The West

Never tear memories apart

Perspective is a nice thing to have. Tim Farriss - the eldest of the three Farriss brothers who went on to form the nucleus of arguably Australia's most popular band, INXS - has perspective in spades.

The guitarist has fond memories and stories to tell. And the 25th anniversary reissue of the band's benchmark album Kick, which saw INXS become one of the world's biggest bands, gives him the opportunity to share some wisdom.

"I always used to say 'Boy, the pubs are getting bigger,' and at Wembley Stadium, Michael said 'This is the biggest pub we've ever played'," Farriss recalls with a laugh.

The Michael he's talking about is, of course, Michael Hutchence, the late INXS singer whose shadow looms large over the band and whose songwriting, alongside Andrew Farriss, made up the majority of Kick - and most INXS albums for that matter.

"He's still with us because we're still playing music he wrote," says Farriss, 55, who was born in Perth.

The band is in rehearsals for a national tour supporting Matchbox Twenty that should see plenty of Kick material, including some rare cuts.

"We're going to be doing songs that we haven't played for years off that record," he says. "We've had to dissect some of the material and re-learn it.

"And, of course, Michael's all over it so we think about him a lot."

The release of Kick was a major episode in Australian music history. First single, Need You Tonight, topped the US charts and three more singles - Devil Inside, New Sensation and the ballad Never Tear Us Apart - followed that hit into the US Top 5.

Kick, which also features a cover of 60s Aussie rock nugget The Loved One, has sold more than 10 million copies in the US alone, as well as being a bona fide classic album Down Under.

The very danceable rock that fuelled the success stemmed back to the hit single What You Need from previous album, Listen Like Thieves (1985), a track that formed the blueprint for Kick.

"Listen Like Thieves was a critically important record because it was the first one we made with (producer) Chris Thomas," Farriss explains. "He always said 'I've listened to the records you've made up to today and then I come and see you live and you just don't sound the same on record as you do live. You guys kick arse live, it just doesn't translate in the studio, so we'll try and capture that'.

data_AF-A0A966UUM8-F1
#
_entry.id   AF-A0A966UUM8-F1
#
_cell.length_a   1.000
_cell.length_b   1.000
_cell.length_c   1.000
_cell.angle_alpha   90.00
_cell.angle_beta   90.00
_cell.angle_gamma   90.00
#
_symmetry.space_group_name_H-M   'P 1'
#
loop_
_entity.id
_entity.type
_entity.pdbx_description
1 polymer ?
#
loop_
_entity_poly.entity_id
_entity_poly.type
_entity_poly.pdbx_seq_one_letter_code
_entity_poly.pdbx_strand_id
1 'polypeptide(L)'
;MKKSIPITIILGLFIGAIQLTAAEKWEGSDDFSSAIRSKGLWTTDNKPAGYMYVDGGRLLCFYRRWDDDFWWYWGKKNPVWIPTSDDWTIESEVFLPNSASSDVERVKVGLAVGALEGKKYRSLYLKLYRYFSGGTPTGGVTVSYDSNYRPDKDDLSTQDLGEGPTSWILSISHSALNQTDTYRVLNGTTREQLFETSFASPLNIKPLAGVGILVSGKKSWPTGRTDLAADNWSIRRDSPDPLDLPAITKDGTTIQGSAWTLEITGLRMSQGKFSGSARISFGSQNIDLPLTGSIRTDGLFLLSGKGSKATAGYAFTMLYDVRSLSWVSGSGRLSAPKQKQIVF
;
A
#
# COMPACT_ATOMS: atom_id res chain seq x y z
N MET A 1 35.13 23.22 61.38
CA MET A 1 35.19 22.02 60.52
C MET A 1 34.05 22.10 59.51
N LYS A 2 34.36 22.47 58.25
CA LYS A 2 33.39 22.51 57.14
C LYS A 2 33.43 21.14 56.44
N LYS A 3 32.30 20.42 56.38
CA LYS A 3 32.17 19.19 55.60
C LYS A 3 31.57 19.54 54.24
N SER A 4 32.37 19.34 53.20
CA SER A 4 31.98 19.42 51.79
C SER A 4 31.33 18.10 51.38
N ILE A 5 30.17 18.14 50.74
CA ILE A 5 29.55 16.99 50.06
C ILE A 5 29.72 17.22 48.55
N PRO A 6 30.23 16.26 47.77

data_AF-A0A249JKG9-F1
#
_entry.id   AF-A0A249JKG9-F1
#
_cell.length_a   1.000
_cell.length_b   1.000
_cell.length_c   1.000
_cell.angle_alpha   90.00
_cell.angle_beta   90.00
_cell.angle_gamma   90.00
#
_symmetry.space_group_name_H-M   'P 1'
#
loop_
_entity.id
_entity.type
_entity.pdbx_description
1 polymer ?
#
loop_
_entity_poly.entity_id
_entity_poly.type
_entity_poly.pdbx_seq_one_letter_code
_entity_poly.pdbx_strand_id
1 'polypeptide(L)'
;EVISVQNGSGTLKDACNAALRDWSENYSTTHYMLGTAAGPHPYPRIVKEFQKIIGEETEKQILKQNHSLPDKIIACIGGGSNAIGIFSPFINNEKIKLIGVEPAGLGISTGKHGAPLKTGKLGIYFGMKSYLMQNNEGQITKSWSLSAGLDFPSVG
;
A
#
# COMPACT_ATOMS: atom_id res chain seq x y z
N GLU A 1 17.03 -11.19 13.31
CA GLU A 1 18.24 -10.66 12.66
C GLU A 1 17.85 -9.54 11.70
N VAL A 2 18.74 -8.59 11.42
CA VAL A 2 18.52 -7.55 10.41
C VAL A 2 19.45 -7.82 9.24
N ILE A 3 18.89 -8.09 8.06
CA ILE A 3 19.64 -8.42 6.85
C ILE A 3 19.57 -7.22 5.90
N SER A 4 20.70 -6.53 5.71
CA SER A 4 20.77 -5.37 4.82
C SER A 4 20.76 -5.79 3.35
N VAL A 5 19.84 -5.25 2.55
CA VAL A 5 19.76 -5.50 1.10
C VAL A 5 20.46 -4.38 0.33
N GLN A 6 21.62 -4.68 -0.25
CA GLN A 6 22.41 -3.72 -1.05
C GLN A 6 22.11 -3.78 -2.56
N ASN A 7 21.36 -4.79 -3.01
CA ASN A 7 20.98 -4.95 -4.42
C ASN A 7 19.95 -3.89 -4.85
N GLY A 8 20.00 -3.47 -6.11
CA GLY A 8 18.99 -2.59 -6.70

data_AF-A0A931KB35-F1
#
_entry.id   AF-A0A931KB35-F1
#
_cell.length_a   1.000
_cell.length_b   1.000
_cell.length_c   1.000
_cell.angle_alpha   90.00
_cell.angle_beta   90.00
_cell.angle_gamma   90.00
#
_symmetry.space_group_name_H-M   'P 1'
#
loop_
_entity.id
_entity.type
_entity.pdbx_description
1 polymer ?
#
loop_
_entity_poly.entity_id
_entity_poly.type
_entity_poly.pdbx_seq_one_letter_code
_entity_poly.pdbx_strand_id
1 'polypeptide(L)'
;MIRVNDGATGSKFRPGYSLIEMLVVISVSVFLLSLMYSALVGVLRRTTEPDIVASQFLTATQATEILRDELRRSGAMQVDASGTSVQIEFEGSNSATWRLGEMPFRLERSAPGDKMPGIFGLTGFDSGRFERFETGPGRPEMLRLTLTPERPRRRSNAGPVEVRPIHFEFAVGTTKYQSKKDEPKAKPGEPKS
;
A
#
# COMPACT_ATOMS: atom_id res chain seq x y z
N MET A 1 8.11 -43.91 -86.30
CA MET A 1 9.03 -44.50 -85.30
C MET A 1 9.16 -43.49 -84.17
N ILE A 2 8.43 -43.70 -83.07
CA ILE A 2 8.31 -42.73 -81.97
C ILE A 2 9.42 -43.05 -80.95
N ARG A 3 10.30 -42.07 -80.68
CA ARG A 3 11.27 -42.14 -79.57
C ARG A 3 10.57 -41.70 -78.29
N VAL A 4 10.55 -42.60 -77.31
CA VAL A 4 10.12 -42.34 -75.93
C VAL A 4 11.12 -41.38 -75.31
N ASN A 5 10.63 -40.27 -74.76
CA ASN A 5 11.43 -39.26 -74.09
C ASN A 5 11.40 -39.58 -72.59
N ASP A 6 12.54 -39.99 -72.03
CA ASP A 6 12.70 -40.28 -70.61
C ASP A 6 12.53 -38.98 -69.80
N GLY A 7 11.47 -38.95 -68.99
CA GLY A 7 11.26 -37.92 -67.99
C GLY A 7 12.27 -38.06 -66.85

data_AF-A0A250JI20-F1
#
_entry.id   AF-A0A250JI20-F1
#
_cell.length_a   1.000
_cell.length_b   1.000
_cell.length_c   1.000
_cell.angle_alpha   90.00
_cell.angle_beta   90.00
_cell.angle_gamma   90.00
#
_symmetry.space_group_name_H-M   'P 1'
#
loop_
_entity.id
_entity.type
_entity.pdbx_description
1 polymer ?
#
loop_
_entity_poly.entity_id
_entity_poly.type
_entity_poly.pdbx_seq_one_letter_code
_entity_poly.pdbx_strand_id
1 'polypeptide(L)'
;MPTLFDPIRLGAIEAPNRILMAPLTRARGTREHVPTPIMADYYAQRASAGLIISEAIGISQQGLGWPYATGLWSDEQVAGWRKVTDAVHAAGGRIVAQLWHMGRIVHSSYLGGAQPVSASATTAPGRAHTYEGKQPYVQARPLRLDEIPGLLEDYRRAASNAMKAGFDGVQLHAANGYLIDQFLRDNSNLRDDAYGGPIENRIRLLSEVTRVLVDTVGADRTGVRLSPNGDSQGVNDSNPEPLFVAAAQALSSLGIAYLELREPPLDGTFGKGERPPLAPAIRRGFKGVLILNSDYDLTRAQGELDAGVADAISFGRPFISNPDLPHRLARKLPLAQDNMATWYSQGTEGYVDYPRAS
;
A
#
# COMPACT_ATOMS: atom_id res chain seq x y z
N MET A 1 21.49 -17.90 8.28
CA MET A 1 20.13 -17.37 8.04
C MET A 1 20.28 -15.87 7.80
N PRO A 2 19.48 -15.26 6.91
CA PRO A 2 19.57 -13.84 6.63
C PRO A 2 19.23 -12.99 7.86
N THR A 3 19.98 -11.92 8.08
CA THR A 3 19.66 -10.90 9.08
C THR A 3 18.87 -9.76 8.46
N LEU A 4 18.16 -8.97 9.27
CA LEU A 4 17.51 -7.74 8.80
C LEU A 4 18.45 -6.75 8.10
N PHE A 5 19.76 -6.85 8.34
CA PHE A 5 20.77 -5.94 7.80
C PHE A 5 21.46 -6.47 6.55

"Listen Like Thieves was the first attempt with him to get that sound."

Hot on the heels of What You Need, INXS returned to the studio with Thomas, recording Kick in Sydney and Paris, before the album was mixed in London.

"We wanted to pick up where we'd left off and that is how we went in to Kick," Farriss says. "That was why, in many ways, it was so much fun because we'd gotten a lot of the small talk out of the way and we all knew we were pretty damn focused on what we wanted to do with Kick.

"Everything was pointing towards (Kick) being massive so we felt pretty confident that it was going to be pretty good. We had a huge following in the States and Europe and South America and Australia at that point."

Not everyone was so confident.

Doug Morris, the then president of INXS' international label, Atlantic, famously offered the band a million dollars to go back to Australia and record a different album.

Thankfully, they stuck to their guns and unveiled Kick in October 1987. Soon everybody wanted a piece of INXS.

They were hanging out and touring with Freddie Mercury-era Queen and partying with Aerosmith's Steven Tyler backstage at the MTV Awards. Even the Rolling Stones got in on the action.

"Not together," Farriss admits. "But all of them individually would turn up at our shows."

The guitarist recalls a gig at Madison Square Garden on the Kick tour where the organisers had set up a little dressing room on the side of the stage, to save the band the long trek back to the stadium's bigger permanent dressing rooms.

Farriss recalls that when the band came off before the encore he was surprised to find Morris, who had by then changed his tune, had been sitting side of stage all night.

He was even more surprised to see Keith Richards perched there among the tubs full of beer and champagne.

"He'd sort of planned to surprise us during the encore break," Farriss laughs, before adding that, thanks to the legendary Stones guitarist, it may not have been their best ever encore performance. "Yeah, he was in form."

The West Australian

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